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There won’t be any new construction at the burned-out Manila Post Office.

On Monday, the Manila city government allayed worries that a new building would be built where the Manila Central Post Office is now in Liwasang Bonifacio.

Mayor Maria Sheila “Honey” Lacuna-Pangan assured that the current location of the post office, which was damaged by fire late Sunday, is protected by municipal and federal declarations in a five-minute live video message released online.

For those who are unsure whether someone else could want to construct near the Manila Central Post Office, the location is an institutional zone, according to the municipal ordinance. Additionally, the National Museum designated it as an important cultural object in 2018. It was designated a heritage zone by the National Historical Institute,” she stated.

“Since it is a heritage zone, only the Manila Central Post Office may be developed. The zoning regulations safeguard it. She continued that only the Manila Central Post Office may be built by the municipal and federal governments.

Lacuna-Pangan added that the city is open to cooperating with the federal government on the historic building’s quick renovation and restoration.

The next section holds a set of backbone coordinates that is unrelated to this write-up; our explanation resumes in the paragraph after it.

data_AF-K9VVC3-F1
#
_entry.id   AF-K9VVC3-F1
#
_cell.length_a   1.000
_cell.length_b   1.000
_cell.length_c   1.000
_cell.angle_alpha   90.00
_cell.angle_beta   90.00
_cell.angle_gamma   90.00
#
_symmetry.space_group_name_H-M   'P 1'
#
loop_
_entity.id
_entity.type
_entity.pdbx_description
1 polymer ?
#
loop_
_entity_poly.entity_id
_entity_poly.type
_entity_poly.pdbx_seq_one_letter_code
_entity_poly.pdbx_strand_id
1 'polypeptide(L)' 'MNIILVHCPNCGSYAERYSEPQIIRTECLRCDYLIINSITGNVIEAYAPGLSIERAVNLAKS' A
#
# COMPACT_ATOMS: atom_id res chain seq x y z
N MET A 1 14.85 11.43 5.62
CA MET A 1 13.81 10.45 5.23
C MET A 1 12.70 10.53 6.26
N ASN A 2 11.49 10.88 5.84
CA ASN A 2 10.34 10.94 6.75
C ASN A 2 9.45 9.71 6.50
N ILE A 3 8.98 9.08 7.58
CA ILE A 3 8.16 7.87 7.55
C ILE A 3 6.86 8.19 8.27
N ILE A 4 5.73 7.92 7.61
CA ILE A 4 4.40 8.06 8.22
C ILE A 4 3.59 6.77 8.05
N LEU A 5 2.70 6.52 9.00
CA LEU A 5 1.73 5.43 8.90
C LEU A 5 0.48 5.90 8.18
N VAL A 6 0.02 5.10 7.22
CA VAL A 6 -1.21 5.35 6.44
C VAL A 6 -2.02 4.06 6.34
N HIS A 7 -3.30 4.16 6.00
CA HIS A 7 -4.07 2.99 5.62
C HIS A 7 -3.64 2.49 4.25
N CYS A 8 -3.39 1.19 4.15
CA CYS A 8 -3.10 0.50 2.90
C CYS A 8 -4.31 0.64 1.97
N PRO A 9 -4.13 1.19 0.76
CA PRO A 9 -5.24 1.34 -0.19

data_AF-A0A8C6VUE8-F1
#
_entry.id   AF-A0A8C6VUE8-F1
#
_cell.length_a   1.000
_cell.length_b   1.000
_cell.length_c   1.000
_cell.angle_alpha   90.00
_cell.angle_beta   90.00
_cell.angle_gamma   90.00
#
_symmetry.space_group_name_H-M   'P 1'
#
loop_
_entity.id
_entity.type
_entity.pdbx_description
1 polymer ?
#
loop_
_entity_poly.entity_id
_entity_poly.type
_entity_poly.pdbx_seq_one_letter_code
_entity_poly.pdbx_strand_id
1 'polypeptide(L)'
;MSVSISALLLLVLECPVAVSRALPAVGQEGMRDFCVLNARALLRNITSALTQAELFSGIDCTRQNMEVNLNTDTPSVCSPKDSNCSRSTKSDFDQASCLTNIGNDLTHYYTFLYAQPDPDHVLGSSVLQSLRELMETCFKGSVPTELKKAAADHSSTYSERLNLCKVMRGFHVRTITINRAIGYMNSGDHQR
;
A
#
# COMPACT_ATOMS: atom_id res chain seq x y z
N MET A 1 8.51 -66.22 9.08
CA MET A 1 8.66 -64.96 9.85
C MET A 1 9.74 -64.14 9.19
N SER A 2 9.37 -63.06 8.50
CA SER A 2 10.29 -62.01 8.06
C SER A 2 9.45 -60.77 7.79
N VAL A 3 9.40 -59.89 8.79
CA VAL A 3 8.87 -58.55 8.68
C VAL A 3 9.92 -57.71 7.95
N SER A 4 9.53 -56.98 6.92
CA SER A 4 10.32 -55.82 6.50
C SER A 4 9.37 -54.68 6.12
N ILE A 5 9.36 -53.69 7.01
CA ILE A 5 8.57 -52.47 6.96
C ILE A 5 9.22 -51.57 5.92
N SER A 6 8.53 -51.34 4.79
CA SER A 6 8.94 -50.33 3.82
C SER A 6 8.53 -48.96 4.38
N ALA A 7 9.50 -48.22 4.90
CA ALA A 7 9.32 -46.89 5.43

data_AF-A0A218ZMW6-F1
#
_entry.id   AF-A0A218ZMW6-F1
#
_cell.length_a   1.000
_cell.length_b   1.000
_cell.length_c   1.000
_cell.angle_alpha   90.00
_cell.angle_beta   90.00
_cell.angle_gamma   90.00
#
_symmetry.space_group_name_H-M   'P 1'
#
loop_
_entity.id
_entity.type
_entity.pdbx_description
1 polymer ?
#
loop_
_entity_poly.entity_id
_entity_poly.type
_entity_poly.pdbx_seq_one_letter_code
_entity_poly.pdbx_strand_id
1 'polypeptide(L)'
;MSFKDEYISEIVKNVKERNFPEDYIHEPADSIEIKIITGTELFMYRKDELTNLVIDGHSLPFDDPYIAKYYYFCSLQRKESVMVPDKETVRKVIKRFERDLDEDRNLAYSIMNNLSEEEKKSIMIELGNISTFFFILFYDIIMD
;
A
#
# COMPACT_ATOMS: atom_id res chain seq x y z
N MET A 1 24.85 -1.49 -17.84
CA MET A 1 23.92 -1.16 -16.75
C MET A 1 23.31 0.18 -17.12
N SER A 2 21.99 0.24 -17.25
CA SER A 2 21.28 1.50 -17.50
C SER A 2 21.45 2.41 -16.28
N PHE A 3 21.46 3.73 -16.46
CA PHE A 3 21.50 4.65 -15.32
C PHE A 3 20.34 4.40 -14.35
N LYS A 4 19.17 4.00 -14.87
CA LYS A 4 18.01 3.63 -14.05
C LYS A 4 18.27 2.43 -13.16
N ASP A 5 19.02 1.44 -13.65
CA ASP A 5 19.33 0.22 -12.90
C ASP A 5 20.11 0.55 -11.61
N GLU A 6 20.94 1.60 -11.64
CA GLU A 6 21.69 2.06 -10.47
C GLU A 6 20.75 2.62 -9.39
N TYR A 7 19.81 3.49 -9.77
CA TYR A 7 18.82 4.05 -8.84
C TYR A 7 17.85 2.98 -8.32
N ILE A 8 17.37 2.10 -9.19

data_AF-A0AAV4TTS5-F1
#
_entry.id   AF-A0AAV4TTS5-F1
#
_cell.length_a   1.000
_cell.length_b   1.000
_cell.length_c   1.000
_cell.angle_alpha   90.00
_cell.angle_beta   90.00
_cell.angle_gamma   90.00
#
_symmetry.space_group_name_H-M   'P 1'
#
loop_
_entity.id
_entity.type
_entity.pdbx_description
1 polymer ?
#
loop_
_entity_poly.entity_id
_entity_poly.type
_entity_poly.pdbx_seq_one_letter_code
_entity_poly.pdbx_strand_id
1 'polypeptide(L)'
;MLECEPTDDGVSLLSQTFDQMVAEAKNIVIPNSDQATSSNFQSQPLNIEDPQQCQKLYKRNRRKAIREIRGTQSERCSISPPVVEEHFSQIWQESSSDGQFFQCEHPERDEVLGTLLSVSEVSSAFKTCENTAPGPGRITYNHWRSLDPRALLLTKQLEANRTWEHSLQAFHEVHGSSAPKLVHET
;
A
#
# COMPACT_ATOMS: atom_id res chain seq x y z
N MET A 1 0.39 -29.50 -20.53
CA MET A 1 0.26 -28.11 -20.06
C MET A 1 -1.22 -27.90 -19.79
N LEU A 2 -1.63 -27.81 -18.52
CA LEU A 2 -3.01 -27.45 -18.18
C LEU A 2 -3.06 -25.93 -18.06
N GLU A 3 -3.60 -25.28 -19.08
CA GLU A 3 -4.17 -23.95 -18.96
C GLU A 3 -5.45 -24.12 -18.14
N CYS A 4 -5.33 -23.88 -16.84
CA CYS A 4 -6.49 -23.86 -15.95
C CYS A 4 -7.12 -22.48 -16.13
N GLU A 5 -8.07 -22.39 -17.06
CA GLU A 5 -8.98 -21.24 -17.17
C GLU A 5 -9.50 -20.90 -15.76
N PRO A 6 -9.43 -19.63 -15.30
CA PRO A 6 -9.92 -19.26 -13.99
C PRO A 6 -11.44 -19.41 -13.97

The Manila Central Post Office building needs to be promptly repaired and restored, and the local administration is prepared to work with the federal government on this.

According to reports, the fire broke out in the basement-based General Services Department around 11:41 on Sunday night.

At 5:54 in the morning, the fire reached the general alarm; at 7:22, it was deemed under control.

According to Lacuna-Pangan, mapping efforts are currently being carried out to ensure no new fires start.

She added that the administration of the Post Office has decided to temporarily relocate to their Foreign Mail Distribution Center in Delpan, Manila.

“We are hoping they will be operational in the upcoming days,” she continued.

The destroyed iconic building sustained damage that the Bureau of Fire Protection (BFP) pegged at about PHP300 million.

According to the BFP National Capital Region Public Information Service, the fire injured seven people.

Fire Officer (FO) 2 Joel Libutan, FO1 Carlo Abrenica, SFO2 Julio Erlanda, FO2 Jeremy Roque, FO1 Josaphat Arana, fire volunteer Toto Doslin, and civilian Elain Dacoycoy are among those hurt in the fire event.

42 BFP fire vehicles and 40 private fire trucks responded to the blaze, according to SFO4 Domingo Mendoza Jr., the case’s fire investigator. Seven ambulances were on standby during the blaze.

The building, regarded as a national historical landmark, is no longer useful due to the degree of the damage, according to Chief Supt. Nahum Tarroza, head of the BFP-NCR.

The building’s construction began in 1926, under the direction of Filipino architects Juan Arellano and Tomas Mapua.

During the Battle of Manila in World War II, the structure was damaged, but it was reconstructed in 1946.

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